Shenanigans book goes through seven "standard" techniques of misrepresentation for earnings and four for cash flow. Does Sarbanes-Oxley help prevent these situations? (i.e., why didn't Sarbanes-Oxley protect us from the financial sector melt-down?)
Also, one can discuss "how did these occur" in terms of rule-based vs. principle-based accounting. Would principles help reduce the incidence of shenanigans? Remember, moving to IFRS is intended to move us closer to principles-based accounting.
The financial Shenanigans is a book that shows seven ways in which the accounting records can poorly be recorded thus resulting to wrong interpretation of the financial reports. The Sarbanes-Oxley is an Act that was developed in 2002 by Senator Paul Sarbanes and Representative Michael Oxley. The main objective of the Act was to ensure that corporate disclosed the correct information on their financial reports so as to protect the investors in the country. The Act was formulated as a result of the scandals that occurred in the Tyco, Enron and WorldCom (Merkel 2008; Sarbanes 2006).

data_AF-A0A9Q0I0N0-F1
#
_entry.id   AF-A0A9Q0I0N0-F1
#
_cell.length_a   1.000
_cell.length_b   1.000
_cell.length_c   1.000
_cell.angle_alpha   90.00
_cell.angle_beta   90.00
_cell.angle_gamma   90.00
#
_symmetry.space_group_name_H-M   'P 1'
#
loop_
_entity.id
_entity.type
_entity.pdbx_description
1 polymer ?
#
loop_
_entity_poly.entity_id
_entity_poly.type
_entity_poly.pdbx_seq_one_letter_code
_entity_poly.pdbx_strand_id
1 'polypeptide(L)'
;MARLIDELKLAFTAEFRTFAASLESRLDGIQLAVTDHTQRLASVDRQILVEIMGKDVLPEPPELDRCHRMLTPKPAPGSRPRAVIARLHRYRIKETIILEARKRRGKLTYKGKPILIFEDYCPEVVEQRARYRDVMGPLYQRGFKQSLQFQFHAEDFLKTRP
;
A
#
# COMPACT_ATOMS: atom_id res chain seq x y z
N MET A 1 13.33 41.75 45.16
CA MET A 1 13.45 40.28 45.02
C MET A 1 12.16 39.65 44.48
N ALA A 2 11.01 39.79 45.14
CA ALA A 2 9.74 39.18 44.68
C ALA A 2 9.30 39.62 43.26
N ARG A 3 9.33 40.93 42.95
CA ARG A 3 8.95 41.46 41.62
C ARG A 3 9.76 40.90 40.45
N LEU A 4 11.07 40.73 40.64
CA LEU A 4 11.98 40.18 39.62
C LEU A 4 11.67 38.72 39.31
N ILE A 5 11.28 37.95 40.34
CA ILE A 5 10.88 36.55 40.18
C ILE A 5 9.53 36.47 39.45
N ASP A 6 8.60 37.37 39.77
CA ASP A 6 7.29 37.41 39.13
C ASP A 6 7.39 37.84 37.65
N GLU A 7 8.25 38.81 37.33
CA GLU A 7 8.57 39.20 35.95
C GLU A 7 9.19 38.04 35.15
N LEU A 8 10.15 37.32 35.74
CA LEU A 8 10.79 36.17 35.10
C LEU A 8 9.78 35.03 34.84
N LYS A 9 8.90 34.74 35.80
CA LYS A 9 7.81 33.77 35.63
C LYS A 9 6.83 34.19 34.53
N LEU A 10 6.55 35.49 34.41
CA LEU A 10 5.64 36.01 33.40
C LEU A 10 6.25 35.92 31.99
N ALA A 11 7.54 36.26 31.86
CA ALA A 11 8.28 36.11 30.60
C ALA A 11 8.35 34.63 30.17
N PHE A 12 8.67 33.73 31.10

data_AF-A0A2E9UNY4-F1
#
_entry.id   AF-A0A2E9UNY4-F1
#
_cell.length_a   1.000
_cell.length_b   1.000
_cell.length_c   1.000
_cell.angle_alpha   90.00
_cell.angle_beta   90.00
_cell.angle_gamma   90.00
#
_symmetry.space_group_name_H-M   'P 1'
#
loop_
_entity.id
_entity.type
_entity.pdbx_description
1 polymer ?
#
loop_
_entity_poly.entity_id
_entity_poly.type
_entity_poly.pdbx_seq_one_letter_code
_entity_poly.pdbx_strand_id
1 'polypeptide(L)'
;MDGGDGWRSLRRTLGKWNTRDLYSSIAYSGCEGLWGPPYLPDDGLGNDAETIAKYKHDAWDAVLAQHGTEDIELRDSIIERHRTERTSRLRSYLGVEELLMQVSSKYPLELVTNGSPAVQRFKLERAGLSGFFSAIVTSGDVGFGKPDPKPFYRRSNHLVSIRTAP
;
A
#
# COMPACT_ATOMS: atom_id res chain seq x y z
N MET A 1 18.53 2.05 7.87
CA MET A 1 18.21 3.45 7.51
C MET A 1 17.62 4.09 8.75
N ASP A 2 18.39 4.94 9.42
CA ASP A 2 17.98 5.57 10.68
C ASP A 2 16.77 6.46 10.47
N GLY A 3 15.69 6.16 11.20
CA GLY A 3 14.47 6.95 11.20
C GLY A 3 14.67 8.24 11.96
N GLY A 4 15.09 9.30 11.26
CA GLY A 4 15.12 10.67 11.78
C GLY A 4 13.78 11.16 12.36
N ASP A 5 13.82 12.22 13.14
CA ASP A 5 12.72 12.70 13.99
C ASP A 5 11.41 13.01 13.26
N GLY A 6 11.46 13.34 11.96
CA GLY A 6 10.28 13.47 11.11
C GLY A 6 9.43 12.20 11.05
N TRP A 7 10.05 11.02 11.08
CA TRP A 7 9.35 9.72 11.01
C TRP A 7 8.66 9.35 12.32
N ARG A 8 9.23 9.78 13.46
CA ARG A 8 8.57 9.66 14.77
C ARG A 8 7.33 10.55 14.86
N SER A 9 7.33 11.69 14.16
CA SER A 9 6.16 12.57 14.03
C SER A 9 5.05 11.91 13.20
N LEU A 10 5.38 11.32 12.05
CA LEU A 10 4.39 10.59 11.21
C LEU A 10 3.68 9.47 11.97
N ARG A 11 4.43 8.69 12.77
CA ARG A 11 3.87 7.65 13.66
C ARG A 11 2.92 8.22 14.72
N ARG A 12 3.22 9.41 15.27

The Sarbanes-Oxley did not prevent the situations stipulated by the financial Shenanigans nor did it prevent the United States from the financial meltdown because of a number of reasons. One of the reasons is that the Act caused a number of corporate to seek other alternative markets globally. Since the companies did not include the internal control as stipulated by the Act, the companies were not obliged to give the correct financial reports. This therefore led to investors making wrong investment decisions that resulted to ...
Seven standard techniques of misrepresentations are examined.